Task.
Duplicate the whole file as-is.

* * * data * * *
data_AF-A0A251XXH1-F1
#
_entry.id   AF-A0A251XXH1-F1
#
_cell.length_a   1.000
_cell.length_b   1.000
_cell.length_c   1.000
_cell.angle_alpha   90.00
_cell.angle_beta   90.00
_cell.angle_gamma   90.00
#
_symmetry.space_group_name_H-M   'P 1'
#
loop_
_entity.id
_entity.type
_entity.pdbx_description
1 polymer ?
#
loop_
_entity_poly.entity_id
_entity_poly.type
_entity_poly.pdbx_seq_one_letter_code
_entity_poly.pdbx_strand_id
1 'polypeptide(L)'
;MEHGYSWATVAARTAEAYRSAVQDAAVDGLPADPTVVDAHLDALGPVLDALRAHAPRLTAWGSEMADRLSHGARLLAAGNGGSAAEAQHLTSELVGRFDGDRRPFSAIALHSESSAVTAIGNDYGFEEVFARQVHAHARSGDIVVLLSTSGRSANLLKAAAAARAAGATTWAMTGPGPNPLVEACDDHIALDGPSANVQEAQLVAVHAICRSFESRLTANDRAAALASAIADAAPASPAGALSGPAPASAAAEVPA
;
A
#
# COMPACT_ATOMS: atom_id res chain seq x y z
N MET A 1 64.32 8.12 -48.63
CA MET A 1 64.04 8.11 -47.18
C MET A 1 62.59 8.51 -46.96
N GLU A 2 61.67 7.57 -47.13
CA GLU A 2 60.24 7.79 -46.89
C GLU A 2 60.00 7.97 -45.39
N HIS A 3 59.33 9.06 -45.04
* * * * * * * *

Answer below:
data_AF-A0A251XXH1-F1
#
_entry.id   AF-A0A251XXH1-F1
#
_cell.length_a   1.000
_cell.length_b   1.000
_cell.length_c   1.000
_cell.angle_alpha   90.00
_cell.angle_beta   90.00
_cell.angle_gamma   90.00
#
_symmetry.space_group_name_H-M   'P 1'
#
loop_
_entity.id
_entity.type
_entity.pdbx_description
1 polymer ?
#
loop_
_entity_poly.entity_id
_entity_poly.type
_entity_poly.pdbx_seq_one_letter_code
_entity_poly.pdbx_strand_id
1 'polypeptide(L)'
;MEHGYSWATVAARTAEAYRSAVQDAAVDGLPADPTVVDAHLDALGPVLDALRAHAPRLTAWGSEMADRLSHGARLLAAGNGGSAAEAQHLTSELVGRFDGDRRPFSAIALHSESSAVTAIGNDYGFEEVFARQVHAHARSGDIVVLLSTSGRSANLLKAAAAARAAGATTWAMTGPGPNPLVEACDDHIALDGPSANVQEAQLVAVHAICRSFESRLTANDRAAALASAIADAAPASPAGALSGPAPASAAAEVPA
;
A
#
# COMPACT_ATOMS: atom_id res chain seq x y z
N MET A 1 64.32 8.12 -48.63
CA MET A 1 64.04 8.11 -47.18
C MET A 1 62.59 8.51 -46.96
N GLU A 2 61.67 7.57 -47.13
CA GLU A 2 60.24 7.79 -46.89
C GLU A 2 60.00 7.97 -45.39
N HIS A 3 59.33 9.06 -45.04